Cross-pollination and Book Promotion

I’ve been flinging around cross-pollination as a way to promote and market novels. What it means (at least when I say it) is that instead of competing with other writers in your genre by elbowing or pushing and competing as adversaries, why not take a tip from the bees? Bees help flowers pollinate and the flower nourishes the bee. Plus, bees are equal-opportunity pollinators.
Writing Tip for Today: Cross-pollination isn’t hard or expensive. Here’s how to start your own cross-pollination campaign:
Know your genre. Find out the names and websites of at least ten other authors in your genre. If you know who your competition is, you’re more likely to stay current and you may even make friends.
Get to know them. In a friendly email, Facebook note or on a blog, mention that you noticed this other author’s work. Ask if they have guests on their blog or whether they do book reviews and offer your book(s). Hold off asking to swap publicity until they know you’re not some spy or enemy.
Ready, set, swap! Once you establish a relationship, ask if they’d want to swap publicity. By this I mean that you agree to announce/plug/shout out their book on your network in exchange for their announcing your book on theirs. Be sure to be clear that you’re not asking for stuff that costs money or even much time. In my experience, most are willing to make a brief announcement on your behalf.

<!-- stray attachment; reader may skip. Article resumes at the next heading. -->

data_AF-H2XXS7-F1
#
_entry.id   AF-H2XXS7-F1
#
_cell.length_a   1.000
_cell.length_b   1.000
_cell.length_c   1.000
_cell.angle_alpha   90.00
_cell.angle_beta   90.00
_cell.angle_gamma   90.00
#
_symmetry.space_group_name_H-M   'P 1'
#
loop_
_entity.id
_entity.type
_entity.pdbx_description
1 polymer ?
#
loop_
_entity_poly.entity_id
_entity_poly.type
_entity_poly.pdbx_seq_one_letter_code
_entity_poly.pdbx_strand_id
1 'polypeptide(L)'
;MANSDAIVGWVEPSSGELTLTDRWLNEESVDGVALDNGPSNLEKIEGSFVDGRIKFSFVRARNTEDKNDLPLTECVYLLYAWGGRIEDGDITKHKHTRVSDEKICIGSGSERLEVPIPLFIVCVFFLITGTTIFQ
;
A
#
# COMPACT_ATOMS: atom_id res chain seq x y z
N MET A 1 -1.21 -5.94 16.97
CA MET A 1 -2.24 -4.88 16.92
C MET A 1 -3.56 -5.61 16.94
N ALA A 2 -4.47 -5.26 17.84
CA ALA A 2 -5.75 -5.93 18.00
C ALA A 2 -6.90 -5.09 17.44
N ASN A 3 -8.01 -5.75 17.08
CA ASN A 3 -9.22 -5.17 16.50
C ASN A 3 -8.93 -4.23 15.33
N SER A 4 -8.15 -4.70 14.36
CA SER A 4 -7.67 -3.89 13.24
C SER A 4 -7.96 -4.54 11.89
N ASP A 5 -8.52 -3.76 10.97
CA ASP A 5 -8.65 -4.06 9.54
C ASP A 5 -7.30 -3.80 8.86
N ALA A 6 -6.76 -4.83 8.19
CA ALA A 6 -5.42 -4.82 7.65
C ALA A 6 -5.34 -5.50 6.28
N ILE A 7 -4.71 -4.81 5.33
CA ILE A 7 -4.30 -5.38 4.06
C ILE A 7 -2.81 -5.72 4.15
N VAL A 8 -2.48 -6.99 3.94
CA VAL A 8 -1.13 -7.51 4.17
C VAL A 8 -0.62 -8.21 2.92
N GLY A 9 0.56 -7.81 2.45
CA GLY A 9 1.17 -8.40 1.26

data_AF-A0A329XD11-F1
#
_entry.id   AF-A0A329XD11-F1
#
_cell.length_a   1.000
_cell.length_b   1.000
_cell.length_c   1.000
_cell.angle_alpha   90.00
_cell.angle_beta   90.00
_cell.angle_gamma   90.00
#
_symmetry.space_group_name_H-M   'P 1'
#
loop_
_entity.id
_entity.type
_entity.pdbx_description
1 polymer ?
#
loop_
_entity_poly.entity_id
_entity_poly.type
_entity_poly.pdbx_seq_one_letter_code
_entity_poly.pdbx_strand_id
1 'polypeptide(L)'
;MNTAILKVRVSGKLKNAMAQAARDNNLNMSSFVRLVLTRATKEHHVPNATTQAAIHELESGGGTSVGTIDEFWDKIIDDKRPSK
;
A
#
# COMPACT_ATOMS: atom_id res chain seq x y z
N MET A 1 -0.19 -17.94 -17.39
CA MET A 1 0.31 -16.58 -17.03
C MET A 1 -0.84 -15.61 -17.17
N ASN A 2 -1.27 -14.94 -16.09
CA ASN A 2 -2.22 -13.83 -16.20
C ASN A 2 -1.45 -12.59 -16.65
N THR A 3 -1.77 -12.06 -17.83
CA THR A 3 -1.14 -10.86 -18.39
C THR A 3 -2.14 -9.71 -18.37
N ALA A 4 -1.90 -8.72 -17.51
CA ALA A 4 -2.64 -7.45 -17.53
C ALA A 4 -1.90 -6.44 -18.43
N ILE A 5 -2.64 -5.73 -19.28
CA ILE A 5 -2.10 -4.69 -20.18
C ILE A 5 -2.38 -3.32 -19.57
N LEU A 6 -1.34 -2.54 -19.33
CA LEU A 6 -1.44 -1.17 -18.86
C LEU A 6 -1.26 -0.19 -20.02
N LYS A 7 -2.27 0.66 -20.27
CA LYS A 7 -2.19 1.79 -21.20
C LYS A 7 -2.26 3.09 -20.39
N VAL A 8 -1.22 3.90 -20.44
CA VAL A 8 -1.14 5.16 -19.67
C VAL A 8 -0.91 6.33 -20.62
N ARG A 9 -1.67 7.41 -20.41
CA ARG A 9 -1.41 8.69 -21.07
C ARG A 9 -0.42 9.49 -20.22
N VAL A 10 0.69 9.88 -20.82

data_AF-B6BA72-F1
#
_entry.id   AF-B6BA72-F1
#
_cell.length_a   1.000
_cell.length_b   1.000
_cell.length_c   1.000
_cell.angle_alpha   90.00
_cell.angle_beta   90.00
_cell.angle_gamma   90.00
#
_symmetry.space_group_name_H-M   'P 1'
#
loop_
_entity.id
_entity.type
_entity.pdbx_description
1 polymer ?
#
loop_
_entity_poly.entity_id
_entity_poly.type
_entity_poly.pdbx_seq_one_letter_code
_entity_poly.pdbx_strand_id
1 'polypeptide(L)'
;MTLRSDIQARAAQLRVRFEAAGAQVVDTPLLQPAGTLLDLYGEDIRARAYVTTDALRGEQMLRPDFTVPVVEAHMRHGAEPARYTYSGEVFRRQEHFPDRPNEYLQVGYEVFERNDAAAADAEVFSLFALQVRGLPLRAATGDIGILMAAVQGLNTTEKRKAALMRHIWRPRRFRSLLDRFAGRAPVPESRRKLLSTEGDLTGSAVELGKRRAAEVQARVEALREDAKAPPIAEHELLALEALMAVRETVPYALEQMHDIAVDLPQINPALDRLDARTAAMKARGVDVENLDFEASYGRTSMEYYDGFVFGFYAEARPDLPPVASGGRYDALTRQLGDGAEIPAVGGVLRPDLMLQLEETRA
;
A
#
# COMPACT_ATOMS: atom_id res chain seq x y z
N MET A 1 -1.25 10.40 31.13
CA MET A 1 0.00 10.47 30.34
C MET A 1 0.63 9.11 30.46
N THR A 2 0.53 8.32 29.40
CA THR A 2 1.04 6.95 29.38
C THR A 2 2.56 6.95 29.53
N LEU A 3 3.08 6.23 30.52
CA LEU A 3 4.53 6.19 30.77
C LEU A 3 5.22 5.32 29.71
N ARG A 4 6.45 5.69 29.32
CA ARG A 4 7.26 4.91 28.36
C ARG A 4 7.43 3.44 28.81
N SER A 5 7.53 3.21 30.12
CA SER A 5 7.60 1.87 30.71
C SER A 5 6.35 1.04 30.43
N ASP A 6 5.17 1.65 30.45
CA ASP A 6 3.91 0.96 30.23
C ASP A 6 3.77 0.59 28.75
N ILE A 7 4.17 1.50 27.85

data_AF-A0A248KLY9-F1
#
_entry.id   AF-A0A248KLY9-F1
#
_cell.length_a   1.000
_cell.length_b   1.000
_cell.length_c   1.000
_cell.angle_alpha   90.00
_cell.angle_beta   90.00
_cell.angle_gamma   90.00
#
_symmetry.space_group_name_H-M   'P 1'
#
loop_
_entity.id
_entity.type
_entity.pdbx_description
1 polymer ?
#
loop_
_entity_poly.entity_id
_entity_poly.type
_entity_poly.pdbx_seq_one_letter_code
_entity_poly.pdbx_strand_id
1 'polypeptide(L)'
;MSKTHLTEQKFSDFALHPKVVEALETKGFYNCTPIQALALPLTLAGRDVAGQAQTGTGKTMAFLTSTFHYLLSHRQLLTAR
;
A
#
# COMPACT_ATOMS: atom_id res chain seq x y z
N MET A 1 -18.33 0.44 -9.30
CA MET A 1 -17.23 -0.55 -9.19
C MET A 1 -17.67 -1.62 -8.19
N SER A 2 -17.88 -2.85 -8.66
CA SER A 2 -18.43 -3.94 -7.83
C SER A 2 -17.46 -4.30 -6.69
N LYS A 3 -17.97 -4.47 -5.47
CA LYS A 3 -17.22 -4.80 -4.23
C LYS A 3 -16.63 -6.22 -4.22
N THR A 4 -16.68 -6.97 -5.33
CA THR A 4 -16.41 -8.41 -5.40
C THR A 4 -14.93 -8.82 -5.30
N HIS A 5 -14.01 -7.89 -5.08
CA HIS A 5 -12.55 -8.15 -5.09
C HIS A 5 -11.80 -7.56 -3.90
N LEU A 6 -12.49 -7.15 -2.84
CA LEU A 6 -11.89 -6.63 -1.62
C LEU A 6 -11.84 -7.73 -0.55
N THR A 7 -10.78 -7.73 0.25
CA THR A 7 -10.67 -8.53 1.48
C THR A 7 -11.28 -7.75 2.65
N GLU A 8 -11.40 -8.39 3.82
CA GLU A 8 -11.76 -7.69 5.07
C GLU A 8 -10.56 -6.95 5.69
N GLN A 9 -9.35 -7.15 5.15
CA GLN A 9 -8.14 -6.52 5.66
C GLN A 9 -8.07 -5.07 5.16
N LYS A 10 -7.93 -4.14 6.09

Spread the pollen!: Book promotion is much more pleasant and rewarding if you maintain a cheerful, nonthreatening attitude. By cross-pollination, you can stay as busy as a bee for free. Go out and find your 10 authors today!
For my readers: I’m out of town, in Arizona for a week, so if I miss a post, don’t worry–I’ll be back in Oregon on Sept. 16th. Keep writing!

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About Linda S. Clare

I'm an author, speaker, writing coach and mentor. I teach both fiction and nonfiction writing at Lane Community College and in the doctoral program as expert writing advisor for George Fox University. I love helping writers improve their craft and I'm both an avid reader and writer of stories about those with wounded hearts.

4 comments on “Cross-pollination and Book Promotion

  1. And Cheryl, you are on the right track by building a blog audience now. Once we get the idea that other writers aren’t mean or jealous, we’ll be able to increase our readerships.

  2. OK, being a farmers wife, I love this analogy. It’s really what keeps the world going round. I like knowing that any success of mine can be passed along to help someone else.

  3. Great tip and so true! I know I wondered (once upon a time) about why I should bother promoting and networking with other authors who are basically doing the same thing. After all, we honestly can’t afford to buy all of each other’s books! But then I began to realize exactly what you said – it’s about making friends and connections within the industry, which can have valuable pay offs later on when you need friends to ‘swap’ promotions with etc. (And it’s fun and encouraging, too!)

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